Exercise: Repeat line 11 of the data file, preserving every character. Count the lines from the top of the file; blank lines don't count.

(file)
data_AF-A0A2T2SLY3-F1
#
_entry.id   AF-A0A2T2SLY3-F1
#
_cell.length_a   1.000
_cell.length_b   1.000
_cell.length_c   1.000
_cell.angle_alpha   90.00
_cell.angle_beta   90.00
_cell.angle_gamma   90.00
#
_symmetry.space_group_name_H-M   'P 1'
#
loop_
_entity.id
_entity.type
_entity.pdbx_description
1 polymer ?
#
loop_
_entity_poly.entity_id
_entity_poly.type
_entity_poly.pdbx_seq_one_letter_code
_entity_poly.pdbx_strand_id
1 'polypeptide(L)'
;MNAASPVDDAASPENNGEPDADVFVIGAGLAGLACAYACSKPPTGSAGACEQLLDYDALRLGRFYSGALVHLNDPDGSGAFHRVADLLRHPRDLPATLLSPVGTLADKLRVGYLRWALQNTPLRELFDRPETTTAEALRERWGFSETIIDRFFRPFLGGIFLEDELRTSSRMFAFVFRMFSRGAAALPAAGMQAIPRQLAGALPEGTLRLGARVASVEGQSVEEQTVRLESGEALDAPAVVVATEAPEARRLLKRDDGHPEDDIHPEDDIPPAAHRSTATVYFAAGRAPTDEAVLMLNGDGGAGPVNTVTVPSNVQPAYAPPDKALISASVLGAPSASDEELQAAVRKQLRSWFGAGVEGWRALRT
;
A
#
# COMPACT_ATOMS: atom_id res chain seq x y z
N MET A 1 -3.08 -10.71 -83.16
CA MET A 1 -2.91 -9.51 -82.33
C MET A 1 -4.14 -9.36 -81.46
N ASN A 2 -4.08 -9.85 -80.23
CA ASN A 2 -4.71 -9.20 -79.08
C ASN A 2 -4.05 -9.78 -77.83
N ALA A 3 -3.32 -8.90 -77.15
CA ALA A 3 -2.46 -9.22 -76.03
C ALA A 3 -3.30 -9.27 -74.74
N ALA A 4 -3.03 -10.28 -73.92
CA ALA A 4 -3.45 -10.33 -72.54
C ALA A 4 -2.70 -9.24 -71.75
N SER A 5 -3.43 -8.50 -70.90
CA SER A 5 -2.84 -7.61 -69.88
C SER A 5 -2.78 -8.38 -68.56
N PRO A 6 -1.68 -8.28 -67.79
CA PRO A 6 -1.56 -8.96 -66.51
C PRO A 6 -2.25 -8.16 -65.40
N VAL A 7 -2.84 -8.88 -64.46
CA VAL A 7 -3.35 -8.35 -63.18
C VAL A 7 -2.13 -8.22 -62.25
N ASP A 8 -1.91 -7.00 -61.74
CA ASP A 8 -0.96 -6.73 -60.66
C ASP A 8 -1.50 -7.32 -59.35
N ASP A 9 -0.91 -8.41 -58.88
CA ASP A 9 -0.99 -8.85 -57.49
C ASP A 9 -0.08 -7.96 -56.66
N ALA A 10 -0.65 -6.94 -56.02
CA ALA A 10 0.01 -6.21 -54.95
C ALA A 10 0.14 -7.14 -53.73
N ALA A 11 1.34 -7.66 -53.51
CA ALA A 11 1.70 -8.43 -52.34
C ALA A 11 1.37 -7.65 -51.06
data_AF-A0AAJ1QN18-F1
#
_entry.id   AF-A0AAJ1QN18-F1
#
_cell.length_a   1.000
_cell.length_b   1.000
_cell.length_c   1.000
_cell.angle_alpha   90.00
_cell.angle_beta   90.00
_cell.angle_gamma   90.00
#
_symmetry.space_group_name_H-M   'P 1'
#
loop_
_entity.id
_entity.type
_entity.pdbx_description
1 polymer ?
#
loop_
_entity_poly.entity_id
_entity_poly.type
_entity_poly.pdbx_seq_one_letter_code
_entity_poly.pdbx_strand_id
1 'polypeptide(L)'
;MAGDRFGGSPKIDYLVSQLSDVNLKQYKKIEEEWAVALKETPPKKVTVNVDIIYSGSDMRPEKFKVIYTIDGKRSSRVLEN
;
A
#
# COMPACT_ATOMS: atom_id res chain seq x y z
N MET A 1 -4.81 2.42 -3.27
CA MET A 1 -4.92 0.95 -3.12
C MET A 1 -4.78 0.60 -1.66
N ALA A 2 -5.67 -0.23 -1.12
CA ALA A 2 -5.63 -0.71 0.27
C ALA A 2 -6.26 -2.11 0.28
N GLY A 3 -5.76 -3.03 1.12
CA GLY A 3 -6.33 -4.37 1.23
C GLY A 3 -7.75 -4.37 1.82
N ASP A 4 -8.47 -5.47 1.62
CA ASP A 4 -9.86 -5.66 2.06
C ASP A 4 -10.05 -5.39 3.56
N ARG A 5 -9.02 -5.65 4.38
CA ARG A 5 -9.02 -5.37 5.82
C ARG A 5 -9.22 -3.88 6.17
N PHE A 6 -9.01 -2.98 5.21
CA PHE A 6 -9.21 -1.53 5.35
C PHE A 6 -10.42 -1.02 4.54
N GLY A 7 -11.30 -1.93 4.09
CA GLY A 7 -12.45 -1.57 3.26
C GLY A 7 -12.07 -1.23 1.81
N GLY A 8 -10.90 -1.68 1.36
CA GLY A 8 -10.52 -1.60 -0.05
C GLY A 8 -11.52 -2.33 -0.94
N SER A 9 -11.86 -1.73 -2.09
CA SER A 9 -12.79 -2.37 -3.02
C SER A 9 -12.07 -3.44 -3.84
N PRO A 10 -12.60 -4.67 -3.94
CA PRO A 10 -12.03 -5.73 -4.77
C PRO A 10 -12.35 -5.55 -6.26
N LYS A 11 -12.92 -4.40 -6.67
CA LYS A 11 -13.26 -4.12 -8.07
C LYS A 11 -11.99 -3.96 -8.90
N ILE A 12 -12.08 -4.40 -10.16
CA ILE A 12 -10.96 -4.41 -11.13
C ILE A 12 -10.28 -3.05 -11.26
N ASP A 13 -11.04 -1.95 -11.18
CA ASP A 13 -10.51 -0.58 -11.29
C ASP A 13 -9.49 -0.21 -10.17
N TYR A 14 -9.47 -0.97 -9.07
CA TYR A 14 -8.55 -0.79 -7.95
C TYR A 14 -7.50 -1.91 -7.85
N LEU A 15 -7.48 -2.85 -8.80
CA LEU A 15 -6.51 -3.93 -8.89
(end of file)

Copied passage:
#